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19 Sept 2002 : Column 375W—continued

Doctors (Suspensions)

Dr. Evan Harris: To ask the Secretary of State for Health, pursuant to his answer of 11 July 2002, Official

19 Sept 2002 : Column 376W

Report, column 846W, on doctors (suspensions), what data is available for the four years preceding 1 January 2000; what conclusions he has drawn as to the reasons for the increase in costs between the first quarter of 2000 and the first quarter of 2002; and what the total cumulative costs of suspensions lasting over six months was for each quarter of (a) 2000, (b) 2001 and (c) 2002 in (i) England and (ii) each region. [70725]

Mr. Hutton: The data collected prior to January 2000 is not considered comparable or reliable. The way in which information was collected regionally varied and often the data was incomplete or inaccurate. Following the publication of the document Supporting Doctors, Protecting Patients in 1999 we have improved the accuracy and reliability of information on suspensions.

The quarterly figures include the cumulative costs of individual cases that may span a number of quarters. When a doctor is no longer suspended, the next quarterly report will cease to reflect the cost of that case. Where the suspension was prolonged, the reduction from one quarter to the next may be quite substantial.

The reported cumulative costs, per region, of suspensions lasting over six months in England for each quarter of 2000, 2001 and 2002 are as follows:

N WestNorthern and YorksW. MidsEasternTrentS. EastS. WestLondonEngland20
686,811776,274244,092219,608714,200526,240None reported789,0003,956,225Q1
532,015247,243450,63550,000453,500591,240None reported798,0003,122,633Q
742,972255,793432,75350,000486,059586,500None reported718,0003,272,077Q
778,200420,081467,182149,520653,150154,562None reported478,0003,100,695Q

The Department is supporting the managers who are dealing with individual cases. It has seconded a former NHS Trust Human Resources Director to assist employers find ways to ending suspensions as quickly as possible.

Podiatric Surgery

Mr. Gale: To ask the Secretary of State for Health what plans he has to reduce the waiting lists for podiatric surgery. [70376]

Mr. Hutton [holding answer 17 July 2002]: The number of patients waiting for podiatric surgery are not collected centrally.

Dr. Evan Harris: To ask the Secretary of State for Health what estimate he has made of the total cost to the NHS of suspended doctors in the last year for which figures are available. [68658]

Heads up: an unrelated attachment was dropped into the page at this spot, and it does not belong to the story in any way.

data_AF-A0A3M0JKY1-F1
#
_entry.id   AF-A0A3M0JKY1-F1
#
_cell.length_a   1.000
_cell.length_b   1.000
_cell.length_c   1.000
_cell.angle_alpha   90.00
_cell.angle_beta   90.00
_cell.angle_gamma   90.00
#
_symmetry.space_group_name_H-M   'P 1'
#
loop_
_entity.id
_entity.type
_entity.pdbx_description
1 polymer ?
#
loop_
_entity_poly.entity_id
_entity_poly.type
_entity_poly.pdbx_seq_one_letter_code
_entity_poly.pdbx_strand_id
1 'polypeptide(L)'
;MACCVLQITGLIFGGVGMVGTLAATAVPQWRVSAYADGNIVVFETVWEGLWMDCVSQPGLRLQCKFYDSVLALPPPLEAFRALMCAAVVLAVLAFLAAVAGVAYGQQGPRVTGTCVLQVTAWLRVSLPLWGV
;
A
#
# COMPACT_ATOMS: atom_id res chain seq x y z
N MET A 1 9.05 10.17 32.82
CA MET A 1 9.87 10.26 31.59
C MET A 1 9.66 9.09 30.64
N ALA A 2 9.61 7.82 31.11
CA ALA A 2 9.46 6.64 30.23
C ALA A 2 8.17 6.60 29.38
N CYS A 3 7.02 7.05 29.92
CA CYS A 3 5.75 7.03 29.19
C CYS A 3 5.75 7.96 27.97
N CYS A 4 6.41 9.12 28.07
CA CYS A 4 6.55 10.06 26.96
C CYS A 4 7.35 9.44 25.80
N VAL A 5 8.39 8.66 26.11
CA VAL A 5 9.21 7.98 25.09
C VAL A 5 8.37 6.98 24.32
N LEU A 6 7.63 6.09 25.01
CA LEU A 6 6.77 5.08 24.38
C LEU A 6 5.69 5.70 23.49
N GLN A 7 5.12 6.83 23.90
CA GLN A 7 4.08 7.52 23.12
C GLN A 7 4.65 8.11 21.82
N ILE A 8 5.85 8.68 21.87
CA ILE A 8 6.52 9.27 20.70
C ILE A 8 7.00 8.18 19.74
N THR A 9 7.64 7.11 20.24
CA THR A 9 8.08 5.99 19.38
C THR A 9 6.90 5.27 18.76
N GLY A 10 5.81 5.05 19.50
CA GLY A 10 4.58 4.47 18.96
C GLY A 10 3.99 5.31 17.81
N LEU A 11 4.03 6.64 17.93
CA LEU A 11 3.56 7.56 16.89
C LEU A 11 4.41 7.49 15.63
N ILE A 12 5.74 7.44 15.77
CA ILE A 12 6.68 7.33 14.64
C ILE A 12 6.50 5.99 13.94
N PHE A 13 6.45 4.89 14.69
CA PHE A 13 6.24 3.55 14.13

Mr. Hutton [holding answer 11 July 2002]: The Department routinely collects information on hospital doctors and community dentists who have been suspended for over six months.

The estimated total cost of hospital medical and community dental staff suspended for more than six months for the year 2001 is £5 million. This is based on costs reported as part of the Department's quarterly data collection exercise. The figure includes some legal and locum fees as well as salary costs.

19 Sept 2002 : Column 377W


Mr. Burstow: To ask the Secretary of State for Health how many general practitioners were connected to NHSnet as at the end of March. [65057]

Mr. Lammy: At the end of March 2002 there were 8,584, 98 per cent., of general practitioners' practices in England were connected to NHSnet out of a total of 8,725.

Jim Dowd: To ask the Secretary of State for Health what action he is taking to encourage recruitment of general practitioners to serve in the London Borough of Lewisham. [73237]

Mr. Hutton: The Government are committed to increasing the National Health Service workforce, getting more doctors and nurses into the areas that need them most. We are providing financial and other incentives to support this. These include Golden Hello payments of up to £10,000 to general practitioners (GPs) new to the NHS in under-doctored areas, more flexible employment arrangements through personal medicial services (PMS) and a £55 million package to improve primary care premises in deprived parts of the country.

In London we have established the pan London action group involving all the key stakeholders with regard to the recruitment and retention of GPs in London. This group is overseeing and monitoring the plans which the workforce development confederations have developed in order to recruit and retain the additional GPs we need.

These plans comprise of a number of actions including;

Increasing the number of GPs through dynamic PMS proposals

Additional GPs as a result of more training places

Additional GPs from an increased conversion rate

GPs returning through the retainers scheme and extending GPs working lives

International recruitment including recruiting from refugee and asylum seekers.

The south east workforce development confederation's plan, which incorporates the London Borough of Lewisham, incorporates all of the above and builds on particular successes in terms of international recruitment and PMS pilots.

Hospital Doctors

Mr. Redwood: To ask the Secretary of State for Health what changes in hospital doctor productivity he anticipates over the next three years. [72902]

Mr. Hutton: We announced the framework for the new consultant contract on 12 June. The new contract will help contribute to increases in National Health Service productivity. It will increase the proportion of time consultants spend on direct clinical care, make job planning an integral part of the relationship between managers and consultants and give greater rewards to those consultants who contribute most to the NHS.